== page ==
Compliance: An Introduction

Travis DixonSocial and Cultural Psychology

Learning about compliance techniques can help you see when others are trying to use them on you.

Compliance is the act of obeying a request. It’s different to conformity, which involves changing your behaviour to fit in with a group. Compliance occurs when one person makes a direct request on another and they comply with that request. There are a number of techniques people use to get compliance from others. Here are a few.

The five compliance techniques explained in this post are:

  • Foot in the door – ask for a small request first and once there is compliance, ask for a bigger request.
  • Door in the face – ask for a big request first and then when it is turned down, ask for something smaller
  • Hazing – this is a series of initiation demands in order to join a group (e.g. sororities and fraternities)
  • Reciprocity – be the first to give something unexpected and personalised and the other person will feel they owe you something in return and so will comply with your request
  • Lowballing  – is when an offer is changed to make it less appealing after a person has complied with the original offer

Cialdini has concluded that there are six factors that increase the likelihood that people will comply with a request. They are:

  1. Authority – people comply with positions of authority
  2. liking – simlar to Social Learning Theory, we comply with those we like
  3. commitment – this is what the FITD technique utilizes; once we make a commitment we tend to stick with it
  4. scarcity – we are more likely to desire something if it is made scarce
  5. social proof (consensus) – when we’re not sure how to behave, we look to others for approval (similar to bystander apathy and social influence)
  6. reciprocity – if we do something for someone else, they’ll return the favour.

These are all outlined in his book Influence: The Science of Persuasion” which I highly recommend. 


There are four factors that increase the likelihood that FITD will work:

  • there is a delay between the two requests
  • the initial request is not too large
  • the same person makes the same request
  • people with consistency show higher FITD effects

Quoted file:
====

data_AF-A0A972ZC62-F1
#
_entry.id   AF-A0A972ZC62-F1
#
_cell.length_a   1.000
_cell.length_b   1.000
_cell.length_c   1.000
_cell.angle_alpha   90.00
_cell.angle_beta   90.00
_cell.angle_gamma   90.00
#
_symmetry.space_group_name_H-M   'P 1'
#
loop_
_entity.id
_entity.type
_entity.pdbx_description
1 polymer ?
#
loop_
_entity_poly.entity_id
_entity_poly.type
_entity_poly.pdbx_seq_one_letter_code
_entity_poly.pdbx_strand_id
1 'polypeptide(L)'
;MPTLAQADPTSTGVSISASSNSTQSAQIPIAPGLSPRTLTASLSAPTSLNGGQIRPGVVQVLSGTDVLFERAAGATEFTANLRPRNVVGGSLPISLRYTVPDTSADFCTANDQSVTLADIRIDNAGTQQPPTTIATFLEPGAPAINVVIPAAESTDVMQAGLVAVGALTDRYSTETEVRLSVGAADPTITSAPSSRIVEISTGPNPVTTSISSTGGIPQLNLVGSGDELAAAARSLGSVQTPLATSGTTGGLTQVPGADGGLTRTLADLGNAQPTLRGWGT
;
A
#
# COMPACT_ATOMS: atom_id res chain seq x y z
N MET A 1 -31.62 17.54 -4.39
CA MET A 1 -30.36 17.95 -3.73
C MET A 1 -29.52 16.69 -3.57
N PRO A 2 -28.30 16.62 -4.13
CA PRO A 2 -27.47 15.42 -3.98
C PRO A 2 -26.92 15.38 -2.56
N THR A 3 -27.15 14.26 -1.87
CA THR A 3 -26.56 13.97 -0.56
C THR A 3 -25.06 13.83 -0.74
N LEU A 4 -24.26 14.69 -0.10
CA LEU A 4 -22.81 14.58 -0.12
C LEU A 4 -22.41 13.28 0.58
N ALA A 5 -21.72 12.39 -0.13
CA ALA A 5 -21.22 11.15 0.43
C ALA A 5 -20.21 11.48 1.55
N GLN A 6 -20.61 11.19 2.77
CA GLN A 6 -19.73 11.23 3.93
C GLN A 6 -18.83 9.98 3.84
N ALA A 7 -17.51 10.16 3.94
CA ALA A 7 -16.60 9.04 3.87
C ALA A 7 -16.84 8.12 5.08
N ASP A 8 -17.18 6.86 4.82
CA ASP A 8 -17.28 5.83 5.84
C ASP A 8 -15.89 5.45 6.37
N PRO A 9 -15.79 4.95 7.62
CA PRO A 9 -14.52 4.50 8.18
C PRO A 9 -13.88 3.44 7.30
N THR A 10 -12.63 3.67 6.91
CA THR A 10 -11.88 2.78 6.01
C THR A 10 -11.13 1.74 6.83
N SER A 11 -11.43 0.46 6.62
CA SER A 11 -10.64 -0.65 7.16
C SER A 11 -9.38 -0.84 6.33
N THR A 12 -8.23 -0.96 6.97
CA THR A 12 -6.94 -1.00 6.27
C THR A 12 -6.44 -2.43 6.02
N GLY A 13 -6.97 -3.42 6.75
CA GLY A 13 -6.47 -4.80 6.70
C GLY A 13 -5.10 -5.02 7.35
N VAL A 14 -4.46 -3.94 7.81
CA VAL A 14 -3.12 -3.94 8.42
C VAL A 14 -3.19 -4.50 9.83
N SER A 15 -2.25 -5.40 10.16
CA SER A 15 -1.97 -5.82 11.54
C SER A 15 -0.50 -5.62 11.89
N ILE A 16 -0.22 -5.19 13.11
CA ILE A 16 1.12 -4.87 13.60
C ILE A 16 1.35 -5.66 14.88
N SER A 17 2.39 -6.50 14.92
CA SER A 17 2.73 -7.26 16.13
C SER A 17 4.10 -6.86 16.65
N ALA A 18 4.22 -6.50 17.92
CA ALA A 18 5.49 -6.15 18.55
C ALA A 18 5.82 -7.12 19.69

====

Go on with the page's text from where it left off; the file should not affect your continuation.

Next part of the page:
Foot in the door is particularly useful for getting donations of time, money and even body parts (being an organ donour). Check out the green text for studies that show this.


Hazing is useful for groups because it increases group loyalty. Check out the studies by Aronson and Mills on sex discussions with female college students; and Young’s study on tribal groups and initiation rites.

Here is a fictional example of hazing from ‘Dazed and Confused.’ WARNING: contains explicit language:
[youtube=] Both the blue and the green textbook contain a number of studies for you to know. Remember that this command term is level three, so it’s important that you are applying your critical thinking skills to the studies and the information.

This video outlines Cialdini’s six “powers of persuasion”.


You can read more about Cialdini’s research here.

Here is an interesting video that further expands on persuasion, which is an aspect of compliance (i.e. part of getting someone to comply is to somehow persuade them to)…

Here’s the video that the above video is referring to (Joshua Bell playing violin in a subway)

Compliance techniques can be seen all around us. Here is an article that shows us some of the ways how restaurants get us to spend more money.

This is a fascinating, and very scary (not in a horror sense but in a “how could that happen and could it happen to me” sense) film based on a true story of a criminal in the USA who used simple strategies to influence individuals into extreme acts of compliance). Check with your parent/s, caregiver/s or guardian/s before watching.